Getting Some Fresh Air: How Being Out in Nature Benefits Our Mental Health

October 10 is World Mental Health Day. The observance aims to raise awareness of mental health issues across the globe and to encourage efforts to address them. This is a particularly important time to nurture our mental health, as the World Health Organization notes that the COVID-19 pandemic has led to a substantial rise in depressive disorders and anxiety. There is one tool that has been found to help and which many of us can readily access: the outdoors. Here are some ways nature can help ease our minds.

Reduces Stress

Woman walking in nature near mountains

Going for a walk or a hike in nature, even one as short as 20 minutes, has been found to lower the levels of the stress hormone cortisol. Whether it’s the physical or psychological aspects of stress, research shows it appears to help both. The American Heart Association says this could be attributed to the fact that nature is gentle and calm and doesn’t snatch your attention more abruptly like the stressors of your day-to-day life.

Helps with Depression

Woman surrounded by green trees in nature

Depression often causes us to fixate on our failures or distressing circumstances. Our thoughts get into a loop of negativity. Getting out in nature may help distract us from that and get us away from such a line of thinking. Research has found that just 90 minutes in a nature setting helps reduce activity in the portion of our brains that causes us to ruminate on upsetting things. It also reduces activity in a portion of the brain linked to a risk of mental illness.

The American Heart Association also notes that the mood booster nature provides can even occur when a patient in a hospital bed can see a forested area through the window.

Calms Anxiety

Man hiking through nature by forest

Worry and nerves often seem to fade away when we can get out on a hike, stroll among the trees, and breathe in some fresh air. Numerous studies have demonstrated that the outdoors can indeed calm anxiety. That includes research showing that just 10 minutes spent in a variety of natural settings helps positively impact mental well-being for college students, who often suffer from anxiety. Another study conducted early in the COVID-19 pandemic found that gardening and doing other activities outdoors can help calm anxiety, as well.

Eases Mental Fatigue and Helps Us Recharge

Mother and child on nature walk through forest

One of the ways our mental health suffers is also from fatigue. This could be due to too many hours spent working, the demands of family and the office, or a particularly taxing time in life. Nature can come through for you in these circumstances, as well. Research has found that nature walks can help lead to mental restoration, and coupling these walks with some sort of psychological task can help improve attention. Another study found that spending a short time looking at a roof with greenery and plants led to better cognitive function than looking at a concrete roof.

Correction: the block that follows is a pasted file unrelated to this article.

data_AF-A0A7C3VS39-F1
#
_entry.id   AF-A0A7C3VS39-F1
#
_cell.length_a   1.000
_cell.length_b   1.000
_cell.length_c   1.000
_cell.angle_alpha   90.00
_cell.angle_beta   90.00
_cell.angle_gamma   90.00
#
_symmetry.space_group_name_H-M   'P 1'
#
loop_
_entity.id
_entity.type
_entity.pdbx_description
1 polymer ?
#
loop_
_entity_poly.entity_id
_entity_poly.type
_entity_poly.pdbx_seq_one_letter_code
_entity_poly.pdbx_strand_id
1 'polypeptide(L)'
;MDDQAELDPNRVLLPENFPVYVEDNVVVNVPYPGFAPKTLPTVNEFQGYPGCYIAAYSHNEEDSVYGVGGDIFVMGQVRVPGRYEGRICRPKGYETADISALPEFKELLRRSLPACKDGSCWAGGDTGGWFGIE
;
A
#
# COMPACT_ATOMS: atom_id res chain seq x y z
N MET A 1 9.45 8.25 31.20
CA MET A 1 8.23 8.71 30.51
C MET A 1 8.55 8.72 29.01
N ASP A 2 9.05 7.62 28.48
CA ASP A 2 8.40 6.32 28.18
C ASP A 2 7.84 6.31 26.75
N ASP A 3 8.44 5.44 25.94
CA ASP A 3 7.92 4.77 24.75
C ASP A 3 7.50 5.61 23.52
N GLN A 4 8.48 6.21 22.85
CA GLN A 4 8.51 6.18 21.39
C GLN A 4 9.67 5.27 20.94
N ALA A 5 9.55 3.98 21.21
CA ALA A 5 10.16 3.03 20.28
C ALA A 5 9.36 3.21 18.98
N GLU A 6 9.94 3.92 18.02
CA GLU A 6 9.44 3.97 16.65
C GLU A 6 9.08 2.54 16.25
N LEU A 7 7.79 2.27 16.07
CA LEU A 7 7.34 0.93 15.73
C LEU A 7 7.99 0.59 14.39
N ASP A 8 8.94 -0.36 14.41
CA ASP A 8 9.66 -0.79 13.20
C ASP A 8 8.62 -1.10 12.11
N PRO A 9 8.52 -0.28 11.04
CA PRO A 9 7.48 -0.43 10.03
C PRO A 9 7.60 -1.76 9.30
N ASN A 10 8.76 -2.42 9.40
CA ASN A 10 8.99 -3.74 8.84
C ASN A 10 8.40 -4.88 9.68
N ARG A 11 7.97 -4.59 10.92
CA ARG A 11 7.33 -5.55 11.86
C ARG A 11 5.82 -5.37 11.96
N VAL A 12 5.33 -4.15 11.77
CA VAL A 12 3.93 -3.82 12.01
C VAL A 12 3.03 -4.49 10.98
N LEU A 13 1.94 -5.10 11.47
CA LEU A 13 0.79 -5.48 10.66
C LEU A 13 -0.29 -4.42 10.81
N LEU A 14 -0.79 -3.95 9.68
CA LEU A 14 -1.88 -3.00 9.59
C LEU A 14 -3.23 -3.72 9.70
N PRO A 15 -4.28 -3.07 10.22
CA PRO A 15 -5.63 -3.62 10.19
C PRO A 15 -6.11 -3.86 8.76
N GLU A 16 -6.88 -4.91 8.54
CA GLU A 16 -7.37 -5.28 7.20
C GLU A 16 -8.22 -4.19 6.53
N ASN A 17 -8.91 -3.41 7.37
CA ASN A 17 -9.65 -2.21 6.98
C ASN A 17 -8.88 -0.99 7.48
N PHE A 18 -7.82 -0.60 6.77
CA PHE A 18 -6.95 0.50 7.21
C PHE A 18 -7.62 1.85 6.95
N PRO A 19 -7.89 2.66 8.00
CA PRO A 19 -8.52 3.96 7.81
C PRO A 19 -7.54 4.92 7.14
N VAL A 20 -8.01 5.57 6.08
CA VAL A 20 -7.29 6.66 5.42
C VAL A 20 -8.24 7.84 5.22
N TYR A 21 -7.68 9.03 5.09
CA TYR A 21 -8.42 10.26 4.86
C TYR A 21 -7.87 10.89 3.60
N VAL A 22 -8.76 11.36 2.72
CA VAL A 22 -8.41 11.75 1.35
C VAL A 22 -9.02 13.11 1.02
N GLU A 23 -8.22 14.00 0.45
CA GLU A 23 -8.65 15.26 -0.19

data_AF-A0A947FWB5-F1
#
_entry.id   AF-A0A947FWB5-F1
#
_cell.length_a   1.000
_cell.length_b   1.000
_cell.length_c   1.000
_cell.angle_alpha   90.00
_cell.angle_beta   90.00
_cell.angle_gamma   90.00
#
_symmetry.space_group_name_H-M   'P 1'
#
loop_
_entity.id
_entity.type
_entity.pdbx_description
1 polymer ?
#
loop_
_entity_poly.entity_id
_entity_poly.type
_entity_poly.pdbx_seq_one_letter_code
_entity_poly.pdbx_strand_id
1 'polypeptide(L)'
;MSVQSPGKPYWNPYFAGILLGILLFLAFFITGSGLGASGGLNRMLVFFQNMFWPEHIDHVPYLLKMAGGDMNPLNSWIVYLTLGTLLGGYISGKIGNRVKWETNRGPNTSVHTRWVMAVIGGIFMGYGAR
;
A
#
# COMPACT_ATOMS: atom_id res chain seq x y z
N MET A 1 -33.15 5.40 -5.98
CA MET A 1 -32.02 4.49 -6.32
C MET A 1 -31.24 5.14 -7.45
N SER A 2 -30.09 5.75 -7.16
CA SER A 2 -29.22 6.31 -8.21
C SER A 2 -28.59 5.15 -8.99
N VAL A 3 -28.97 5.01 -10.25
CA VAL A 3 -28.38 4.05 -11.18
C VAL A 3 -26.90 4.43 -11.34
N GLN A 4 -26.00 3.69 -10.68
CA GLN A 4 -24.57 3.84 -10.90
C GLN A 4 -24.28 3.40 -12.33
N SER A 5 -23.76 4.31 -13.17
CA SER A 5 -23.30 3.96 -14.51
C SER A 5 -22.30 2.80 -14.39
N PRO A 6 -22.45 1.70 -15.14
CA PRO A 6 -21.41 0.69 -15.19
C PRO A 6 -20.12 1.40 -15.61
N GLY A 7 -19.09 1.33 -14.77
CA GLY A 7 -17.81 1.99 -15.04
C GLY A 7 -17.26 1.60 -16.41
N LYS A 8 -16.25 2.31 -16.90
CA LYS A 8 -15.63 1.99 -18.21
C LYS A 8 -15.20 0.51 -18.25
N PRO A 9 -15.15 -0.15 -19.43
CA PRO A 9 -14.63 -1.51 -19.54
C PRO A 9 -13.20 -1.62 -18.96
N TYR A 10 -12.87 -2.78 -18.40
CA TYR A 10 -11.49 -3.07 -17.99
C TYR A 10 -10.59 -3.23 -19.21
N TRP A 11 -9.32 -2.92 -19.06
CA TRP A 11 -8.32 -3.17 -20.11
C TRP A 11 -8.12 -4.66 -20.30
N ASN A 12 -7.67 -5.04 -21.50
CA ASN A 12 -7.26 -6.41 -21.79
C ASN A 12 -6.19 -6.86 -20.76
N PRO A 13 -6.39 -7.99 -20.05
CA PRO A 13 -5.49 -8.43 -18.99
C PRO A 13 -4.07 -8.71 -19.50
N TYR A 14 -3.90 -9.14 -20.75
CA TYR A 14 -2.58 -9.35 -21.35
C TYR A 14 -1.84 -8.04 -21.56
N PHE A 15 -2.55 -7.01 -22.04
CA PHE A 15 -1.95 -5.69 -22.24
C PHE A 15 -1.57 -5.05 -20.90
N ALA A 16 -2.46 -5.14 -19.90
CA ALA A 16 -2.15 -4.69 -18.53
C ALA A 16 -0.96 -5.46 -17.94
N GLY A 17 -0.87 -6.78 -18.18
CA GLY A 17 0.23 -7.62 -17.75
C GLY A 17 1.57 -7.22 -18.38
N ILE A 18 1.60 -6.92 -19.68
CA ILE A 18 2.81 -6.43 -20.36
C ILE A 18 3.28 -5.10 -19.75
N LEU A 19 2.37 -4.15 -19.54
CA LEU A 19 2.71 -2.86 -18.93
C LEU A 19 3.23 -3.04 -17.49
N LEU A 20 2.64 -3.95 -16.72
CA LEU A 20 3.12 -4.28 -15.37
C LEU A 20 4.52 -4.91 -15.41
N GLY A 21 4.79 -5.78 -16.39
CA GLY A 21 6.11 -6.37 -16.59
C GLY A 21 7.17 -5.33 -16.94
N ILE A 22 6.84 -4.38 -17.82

Creates Connections

Family on nature walk together

The buddy system is prevalent on nature excursions, in case of any mishap or an encounter with an ornery wild animal. That means outdoor outings usually provide some companionship. Those who don’t regularly spend time with others are at a higher risk of death, so these human connections are very important. Social support is also known to benefit mental health, may lower stress hormones, and can boost self-esteem.

Nature Can Benefit Those Living Through Tough Circumstances

While the benefits provided by nature impact us all, there are certain times in which these offerings may be even more important to us. Here are some situations in which nature has been found to be especially helpful.

Alzheimer’s patients

Senior men walking through park with fall leaves

Being able to connect with others is important to everyone, including Alzheimer’s patients. Research has shown that having a strong relationship with a caregiver may help delay the disease’s progression, while isolation can harm the cognitive and mental health of patients. Outdoor excursions can help tackle isolation by giving patients people with whom to connect, while enjoying the calmness provided by nature. Being in nature may even help alleviate some Alzheimer’s symptoms and reduce negative behaviors.

Cancer Patients

Woman sitting in nature with her dog

Cancer treatment, recovery, and survivorship can be rife with anxiety, depression, and mental fatigue. In addition to nature’s help with these burdens, studies have shown survivors who spend more time doing outdoor physical activities are happier and have a higher quality of life. Nature may also help patients and survivors think clearly, set goals, and follow through on tasks, which can be difficult due to issues like chemo brain and the exhaustion that comes with the cancer experience.

People Who Are Grieving

Grandfather and grandson spend time together in nature

Grief is another physically and mentally taxing experience. Losing a loved one can be so difficult that the hurt isn’t limited to your thoughts. It finds its way to your body, with people facing a higher risk of dying after losing a spouse. Nature may help with some of these physical symptoms of grief, as it can reduce blood pressure, heart rate, and the production of stress hormones. It can also help restore healthy sleep patterns, which may be affected during the strongest period of grief. Visiting some of our loved one’s favorite haunts serves as a way to connect to them, as well, and the rumination over the grief while there may be lessened.

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